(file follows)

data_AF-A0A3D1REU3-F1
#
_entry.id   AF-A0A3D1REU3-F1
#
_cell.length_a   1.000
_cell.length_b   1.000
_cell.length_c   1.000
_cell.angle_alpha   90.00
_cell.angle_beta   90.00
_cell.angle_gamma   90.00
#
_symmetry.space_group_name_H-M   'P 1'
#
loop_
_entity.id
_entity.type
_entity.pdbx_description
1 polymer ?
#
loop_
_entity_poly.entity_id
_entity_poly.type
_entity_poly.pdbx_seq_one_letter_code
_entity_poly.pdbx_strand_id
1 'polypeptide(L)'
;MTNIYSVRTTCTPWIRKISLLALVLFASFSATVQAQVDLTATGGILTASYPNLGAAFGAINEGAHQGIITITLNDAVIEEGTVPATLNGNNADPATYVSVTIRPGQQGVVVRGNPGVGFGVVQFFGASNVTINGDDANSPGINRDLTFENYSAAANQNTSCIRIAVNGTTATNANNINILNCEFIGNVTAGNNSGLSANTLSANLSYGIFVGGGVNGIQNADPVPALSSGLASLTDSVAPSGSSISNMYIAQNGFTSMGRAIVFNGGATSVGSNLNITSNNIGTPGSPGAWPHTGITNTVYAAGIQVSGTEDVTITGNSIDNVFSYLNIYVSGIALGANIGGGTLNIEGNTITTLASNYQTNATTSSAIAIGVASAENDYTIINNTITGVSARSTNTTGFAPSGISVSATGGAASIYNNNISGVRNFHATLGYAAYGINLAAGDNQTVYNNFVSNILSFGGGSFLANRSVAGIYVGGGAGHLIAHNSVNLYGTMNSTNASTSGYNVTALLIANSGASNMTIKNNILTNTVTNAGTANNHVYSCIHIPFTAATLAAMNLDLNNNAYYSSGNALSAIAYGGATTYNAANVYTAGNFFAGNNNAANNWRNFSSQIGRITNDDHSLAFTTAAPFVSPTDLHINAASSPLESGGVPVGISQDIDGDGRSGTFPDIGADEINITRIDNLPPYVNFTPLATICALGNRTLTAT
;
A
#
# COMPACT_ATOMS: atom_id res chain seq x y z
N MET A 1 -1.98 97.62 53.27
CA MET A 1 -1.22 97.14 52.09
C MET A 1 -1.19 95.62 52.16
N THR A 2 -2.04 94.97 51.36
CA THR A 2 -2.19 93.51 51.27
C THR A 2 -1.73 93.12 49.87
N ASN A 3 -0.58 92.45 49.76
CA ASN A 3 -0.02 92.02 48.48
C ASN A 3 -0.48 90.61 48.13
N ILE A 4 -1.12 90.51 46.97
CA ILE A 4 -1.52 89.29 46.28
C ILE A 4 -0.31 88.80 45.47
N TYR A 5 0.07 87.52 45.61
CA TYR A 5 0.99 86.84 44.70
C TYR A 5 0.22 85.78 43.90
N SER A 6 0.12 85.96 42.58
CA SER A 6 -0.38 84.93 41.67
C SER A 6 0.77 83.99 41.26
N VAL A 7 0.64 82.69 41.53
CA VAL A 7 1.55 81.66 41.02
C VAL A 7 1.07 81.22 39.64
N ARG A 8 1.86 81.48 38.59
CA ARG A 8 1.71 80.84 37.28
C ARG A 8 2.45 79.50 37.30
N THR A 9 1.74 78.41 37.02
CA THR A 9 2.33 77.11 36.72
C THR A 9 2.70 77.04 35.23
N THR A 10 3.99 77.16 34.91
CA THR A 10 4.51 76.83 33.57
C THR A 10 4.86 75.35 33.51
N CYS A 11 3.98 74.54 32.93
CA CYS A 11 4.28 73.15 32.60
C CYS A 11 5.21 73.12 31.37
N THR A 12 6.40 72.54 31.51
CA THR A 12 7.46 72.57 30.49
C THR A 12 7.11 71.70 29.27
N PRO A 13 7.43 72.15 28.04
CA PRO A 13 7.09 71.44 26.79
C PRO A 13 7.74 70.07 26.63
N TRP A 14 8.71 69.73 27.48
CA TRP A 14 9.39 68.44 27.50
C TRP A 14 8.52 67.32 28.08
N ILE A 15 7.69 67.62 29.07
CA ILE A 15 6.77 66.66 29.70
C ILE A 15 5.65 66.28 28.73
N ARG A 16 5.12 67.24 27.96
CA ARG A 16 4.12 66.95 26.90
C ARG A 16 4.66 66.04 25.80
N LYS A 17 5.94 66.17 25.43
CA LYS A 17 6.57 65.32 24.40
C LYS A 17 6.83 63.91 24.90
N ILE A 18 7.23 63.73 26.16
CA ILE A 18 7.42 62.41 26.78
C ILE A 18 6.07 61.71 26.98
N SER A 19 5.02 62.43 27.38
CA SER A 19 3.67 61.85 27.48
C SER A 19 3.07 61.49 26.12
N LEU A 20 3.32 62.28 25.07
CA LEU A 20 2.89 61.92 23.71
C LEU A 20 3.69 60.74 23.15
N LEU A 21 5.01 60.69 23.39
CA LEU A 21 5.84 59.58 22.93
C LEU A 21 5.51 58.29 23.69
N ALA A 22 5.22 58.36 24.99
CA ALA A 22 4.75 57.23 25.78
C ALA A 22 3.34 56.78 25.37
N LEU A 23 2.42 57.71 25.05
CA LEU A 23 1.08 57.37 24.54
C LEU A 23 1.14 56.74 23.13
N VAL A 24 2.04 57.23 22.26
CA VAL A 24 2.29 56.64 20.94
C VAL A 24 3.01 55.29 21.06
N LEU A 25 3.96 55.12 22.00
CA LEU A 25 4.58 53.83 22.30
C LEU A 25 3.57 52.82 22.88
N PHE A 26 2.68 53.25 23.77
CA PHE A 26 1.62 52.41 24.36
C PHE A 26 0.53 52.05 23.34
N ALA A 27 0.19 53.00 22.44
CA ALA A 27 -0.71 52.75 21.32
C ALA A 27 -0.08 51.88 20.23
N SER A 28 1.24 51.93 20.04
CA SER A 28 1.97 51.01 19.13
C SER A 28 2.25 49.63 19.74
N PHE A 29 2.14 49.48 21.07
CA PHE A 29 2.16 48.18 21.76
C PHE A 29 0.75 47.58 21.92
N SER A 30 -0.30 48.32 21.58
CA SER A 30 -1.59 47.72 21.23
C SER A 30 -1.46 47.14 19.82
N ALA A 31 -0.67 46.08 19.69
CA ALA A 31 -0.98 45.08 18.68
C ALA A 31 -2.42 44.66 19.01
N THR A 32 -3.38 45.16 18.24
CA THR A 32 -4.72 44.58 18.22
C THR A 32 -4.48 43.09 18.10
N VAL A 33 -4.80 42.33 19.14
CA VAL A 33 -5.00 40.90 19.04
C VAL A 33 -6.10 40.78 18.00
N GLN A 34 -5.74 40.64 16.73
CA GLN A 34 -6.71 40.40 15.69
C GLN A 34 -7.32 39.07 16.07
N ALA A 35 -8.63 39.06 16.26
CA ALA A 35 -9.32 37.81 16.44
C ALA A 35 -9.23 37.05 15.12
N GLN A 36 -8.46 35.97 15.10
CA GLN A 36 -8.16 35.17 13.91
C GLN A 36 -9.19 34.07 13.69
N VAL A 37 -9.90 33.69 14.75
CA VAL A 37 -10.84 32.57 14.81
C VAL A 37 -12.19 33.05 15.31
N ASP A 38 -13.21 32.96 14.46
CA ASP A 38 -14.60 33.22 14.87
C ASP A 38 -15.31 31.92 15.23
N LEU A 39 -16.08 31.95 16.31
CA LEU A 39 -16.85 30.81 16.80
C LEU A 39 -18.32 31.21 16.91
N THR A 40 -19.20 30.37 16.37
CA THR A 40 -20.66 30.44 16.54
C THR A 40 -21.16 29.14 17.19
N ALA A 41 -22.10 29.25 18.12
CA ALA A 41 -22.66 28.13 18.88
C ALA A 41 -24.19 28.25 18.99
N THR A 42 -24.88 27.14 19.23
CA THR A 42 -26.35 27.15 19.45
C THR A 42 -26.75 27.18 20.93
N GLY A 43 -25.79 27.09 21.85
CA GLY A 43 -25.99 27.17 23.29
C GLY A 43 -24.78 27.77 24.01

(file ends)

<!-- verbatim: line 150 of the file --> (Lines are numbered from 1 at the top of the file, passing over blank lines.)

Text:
C THR A 40 -21.16 29.14 17.19